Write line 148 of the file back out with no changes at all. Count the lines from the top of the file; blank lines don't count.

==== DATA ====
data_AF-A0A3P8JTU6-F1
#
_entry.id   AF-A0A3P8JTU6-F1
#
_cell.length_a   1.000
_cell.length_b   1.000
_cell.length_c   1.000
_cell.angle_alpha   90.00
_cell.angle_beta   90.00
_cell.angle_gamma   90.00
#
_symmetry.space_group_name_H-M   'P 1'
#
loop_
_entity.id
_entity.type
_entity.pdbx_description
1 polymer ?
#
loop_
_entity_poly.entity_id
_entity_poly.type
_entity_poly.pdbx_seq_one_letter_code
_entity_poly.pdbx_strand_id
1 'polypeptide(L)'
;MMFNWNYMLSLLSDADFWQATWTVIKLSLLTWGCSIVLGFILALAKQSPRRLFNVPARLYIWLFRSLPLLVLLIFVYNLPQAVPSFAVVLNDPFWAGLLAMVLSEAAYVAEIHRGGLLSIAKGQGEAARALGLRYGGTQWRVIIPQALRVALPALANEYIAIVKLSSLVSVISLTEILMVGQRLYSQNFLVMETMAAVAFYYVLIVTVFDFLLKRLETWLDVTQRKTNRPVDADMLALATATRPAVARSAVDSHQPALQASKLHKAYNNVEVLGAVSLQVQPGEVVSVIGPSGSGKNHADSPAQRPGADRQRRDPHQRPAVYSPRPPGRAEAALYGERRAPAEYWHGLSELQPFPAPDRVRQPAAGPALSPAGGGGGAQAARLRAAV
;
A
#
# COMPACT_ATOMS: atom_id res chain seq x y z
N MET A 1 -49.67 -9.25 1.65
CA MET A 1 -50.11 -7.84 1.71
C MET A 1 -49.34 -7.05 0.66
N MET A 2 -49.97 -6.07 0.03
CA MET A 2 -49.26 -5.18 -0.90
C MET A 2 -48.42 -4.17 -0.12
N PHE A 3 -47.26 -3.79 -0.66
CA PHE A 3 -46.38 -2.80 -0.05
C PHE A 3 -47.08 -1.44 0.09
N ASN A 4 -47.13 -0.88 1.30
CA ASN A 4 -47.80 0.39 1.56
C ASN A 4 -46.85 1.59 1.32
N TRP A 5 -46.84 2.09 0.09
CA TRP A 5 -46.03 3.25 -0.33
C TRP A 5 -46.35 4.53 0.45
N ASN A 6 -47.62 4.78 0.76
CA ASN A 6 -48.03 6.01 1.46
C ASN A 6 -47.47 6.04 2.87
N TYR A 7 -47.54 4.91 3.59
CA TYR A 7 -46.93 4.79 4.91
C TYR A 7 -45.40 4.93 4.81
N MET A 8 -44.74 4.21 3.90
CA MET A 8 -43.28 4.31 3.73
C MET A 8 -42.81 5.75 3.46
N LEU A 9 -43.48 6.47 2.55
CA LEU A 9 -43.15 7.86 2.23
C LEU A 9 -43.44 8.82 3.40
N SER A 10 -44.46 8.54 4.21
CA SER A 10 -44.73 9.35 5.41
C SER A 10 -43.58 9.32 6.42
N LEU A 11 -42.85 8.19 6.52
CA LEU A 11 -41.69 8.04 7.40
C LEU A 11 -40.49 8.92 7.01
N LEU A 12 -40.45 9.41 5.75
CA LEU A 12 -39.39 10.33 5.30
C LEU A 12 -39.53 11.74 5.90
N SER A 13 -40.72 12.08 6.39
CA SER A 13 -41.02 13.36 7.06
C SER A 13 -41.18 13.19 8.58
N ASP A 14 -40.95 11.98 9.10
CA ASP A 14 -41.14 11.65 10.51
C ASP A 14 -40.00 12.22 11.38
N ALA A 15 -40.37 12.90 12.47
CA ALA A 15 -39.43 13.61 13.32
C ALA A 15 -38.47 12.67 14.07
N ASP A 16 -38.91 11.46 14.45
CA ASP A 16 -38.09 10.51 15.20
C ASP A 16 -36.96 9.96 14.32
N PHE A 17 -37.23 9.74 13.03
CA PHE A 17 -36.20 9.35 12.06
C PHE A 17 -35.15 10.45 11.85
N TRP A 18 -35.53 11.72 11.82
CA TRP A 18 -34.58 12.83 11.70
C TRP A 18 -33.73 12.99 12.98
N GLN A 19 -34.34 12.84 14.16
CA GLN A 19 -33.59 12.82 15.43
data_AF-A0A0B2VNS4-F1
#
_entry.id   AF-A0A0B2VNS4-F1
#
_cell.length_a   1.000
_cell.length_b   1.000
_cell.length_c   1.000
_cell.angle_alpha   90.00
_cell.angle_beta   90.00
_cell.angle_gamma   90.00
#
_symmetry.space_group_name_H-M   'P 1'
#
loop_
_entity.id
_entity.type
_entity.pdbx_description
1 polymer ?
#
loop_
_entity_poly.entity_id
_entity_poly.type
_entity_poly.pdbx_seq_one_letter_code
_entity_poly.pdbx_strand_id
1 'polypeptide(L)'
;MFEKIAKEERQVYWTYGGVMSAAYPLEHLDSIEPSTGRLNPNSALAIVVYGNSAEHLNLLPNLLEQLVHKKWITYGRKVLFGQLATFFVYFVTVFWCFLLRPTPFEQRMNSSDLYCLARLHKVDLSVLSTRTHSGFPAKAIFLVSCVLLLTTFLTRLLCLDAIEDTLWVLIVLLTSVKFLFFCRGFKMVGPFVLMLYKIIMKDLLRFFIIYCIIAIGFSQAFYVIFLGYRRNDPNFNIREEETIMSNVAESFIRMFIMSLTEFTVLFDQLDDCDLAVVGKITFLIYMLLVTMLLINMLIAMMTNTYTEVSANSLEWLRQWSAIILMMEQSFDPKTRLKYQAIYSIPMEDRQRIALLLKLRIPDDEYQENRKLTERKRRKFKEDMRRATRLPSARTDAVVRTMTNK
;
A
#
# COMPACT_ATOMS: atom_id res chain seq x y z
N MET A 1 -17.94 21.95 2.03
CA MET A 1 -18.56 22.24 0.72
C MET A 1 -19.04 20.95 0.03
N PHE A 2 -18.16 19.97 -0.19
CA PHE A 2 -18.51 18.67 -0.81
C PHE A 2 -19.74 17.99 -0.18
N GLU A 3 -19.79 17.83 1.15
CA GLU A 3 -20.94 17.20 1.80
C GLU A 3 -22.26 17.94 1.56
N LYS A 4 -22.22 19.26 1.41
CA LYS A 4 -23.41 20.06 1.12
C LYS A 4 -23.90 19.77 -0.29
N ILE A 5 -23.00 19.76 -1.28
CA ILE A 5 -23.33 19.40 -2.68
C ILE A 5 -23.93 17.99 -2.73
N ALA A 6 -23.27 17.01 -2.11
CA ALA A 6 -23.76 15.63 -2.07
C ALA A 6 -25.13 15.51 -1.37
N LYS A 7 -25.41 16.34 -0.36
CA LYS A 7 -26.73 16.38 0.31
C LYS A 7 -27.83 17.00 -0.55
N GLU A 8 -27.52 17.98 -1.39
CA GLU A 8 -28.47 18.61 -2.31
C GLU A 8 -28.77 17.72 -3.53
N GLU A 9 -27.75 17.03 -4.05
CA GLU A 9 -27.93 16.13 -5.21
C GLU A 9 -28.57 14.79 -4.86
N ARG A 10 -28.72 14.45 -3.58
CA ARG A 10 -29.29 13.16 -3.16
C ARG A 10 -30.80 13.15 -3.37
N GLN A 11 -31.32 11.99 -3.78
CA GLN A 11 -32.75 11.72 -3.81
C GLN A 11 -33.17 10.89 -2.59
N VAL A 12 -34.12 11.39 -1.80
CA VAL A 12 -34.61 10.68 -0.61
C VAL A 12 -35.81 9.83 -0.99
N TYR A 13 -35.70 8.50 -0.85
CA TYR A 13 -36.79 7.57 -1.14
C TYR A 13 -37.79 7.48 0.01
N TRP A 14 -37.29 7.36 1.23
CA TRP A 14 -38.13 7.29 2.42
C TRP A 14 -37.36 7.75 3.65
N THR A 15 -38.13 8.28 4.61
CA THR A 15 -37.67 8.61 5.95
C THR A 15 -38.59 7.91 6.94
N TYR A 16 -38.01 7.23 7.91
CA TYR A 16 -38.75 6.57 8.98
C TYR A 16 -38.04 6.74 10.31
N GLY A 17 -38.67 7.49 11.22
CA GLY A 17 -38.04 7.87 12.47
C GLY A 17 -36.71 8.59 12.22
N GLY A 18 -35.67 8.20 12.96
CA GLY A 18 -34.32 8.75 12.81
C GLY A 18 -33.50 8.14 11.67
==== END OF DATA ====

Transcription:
CA GLN A 11 -32.75 11.72 -3.81